7. From Jack Thigpen: How much fun did we have as kids playing ball in the yard! I had a neighbor that had a one-car garage. We would saw off about an inch of a broom handle and use that as the ball and the rest of the broom handle as the bat. The batter would be in the garage as the pitcher, standing at the opening, would throw the one-inch broom handle, as the ball, at him to hit. If you hit it out of the garage past a line we had marked, it would count as a home run. If the “ball” would hit the side of the garage, it was an out. We played of hours at a time just the two of us.
    There was also a large cleared-off lot across the street where we played real baseball. The lot was owned by the Folk family and it was known all over Ruston as “Folks Field.” Seemed as large as Yankee Stadium back then. A few years ago I drove by Folks Field and it really seemed small compared to what I remembered. A lot of things seemed larger as a 7–12-year-old than they do now.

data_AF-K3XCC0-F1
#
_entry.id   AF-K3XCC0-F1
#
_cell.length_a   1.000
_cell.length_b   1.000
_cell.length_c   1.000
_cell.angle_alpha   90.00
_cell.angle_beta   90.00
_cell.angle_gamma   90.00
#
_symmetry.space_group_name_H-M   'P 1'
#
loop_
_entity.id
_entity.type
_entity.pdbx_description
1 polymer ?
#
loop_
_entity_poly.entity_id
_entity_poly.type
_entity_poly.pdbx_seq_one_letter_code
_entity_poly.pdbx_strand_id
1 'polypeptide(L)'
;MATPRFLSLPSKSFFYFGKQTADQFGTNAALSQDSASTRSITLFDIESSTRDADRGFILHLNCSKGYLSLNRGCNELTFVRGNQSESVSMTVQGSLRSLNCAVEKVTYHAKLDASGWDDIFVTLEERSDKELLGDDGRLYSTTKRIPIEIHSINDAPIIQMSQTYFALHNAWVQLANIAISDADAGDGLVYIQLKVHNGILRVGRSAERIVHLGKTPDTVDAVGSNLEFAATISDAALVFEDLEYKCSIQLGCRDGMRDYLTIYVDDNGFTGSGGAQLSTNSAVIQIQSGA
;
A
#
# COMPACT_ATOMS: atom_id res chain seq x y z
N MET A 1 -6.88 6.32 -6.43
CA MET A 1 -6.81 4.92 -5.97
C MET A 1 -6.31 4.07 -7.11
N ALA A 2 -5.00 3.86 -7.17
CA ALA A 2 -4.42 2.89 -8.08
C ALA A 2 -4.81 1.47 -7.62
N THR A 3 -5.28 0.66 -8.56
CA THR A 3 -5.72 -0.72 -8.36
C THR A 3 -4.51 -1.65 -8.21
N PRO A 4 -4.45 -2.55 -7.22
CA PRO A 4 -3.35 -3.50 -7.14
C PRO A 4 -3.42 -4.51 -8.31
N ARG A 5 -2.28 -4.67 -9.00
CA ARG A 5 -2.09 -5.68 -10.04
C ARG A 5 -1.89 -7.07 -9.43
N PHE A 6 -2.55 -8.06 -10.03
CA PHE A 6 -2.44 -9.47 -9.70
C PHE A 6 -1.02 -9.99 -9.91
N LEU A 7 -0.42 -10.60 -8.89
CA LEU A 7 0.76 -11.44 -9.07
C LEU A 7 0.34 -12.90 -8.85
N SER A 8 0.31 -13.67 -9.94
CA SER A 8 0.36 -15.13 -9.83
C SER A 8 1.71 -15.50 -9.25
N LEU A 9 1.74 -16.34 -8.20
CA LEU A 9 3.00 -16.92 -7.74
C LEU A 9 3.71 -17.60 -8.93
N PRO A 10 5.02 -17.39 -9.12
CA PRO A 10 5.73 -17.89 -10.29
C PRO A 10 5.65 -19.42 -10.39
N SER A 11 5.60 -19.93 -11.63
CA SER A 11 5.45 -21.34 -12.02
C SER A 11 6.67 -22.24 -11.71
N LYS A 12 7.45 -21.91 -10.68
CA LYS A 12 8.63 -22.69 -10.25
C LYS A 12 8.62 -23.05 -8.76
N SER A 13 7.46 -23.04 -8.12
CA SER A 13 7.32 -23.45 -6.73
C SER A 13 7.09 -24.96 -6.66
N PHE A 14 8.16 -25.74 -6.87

So many memories playing outside as we grew up. Did not have the organized baseball leagues that are everywhere now. Just the neighborhood boys playing ball by themselves. I think the simpler times were the best.
    Thanks for the memories.

  8. From Tim Hall: This was a classic. If I were to write about all of the wiffle ball we played when I was growing up in Alexandria (later we graduated to real "hardball") you would think I plagiarized your story. I think the only thing that would change would be the names ... and, yes, we had our share of arguments, disagreements. No fights, just a lot of high-level bravado. Great article.

  9. From Tommy Youngblood: We played behind Danny Rembert's house. I'm sure half of those famous teams you talked about the other day played in our league. Good stuff. In retrospect I had to be the worst ever at baseball and basketball. I'm pretty sure Trey [Prather] was great at both.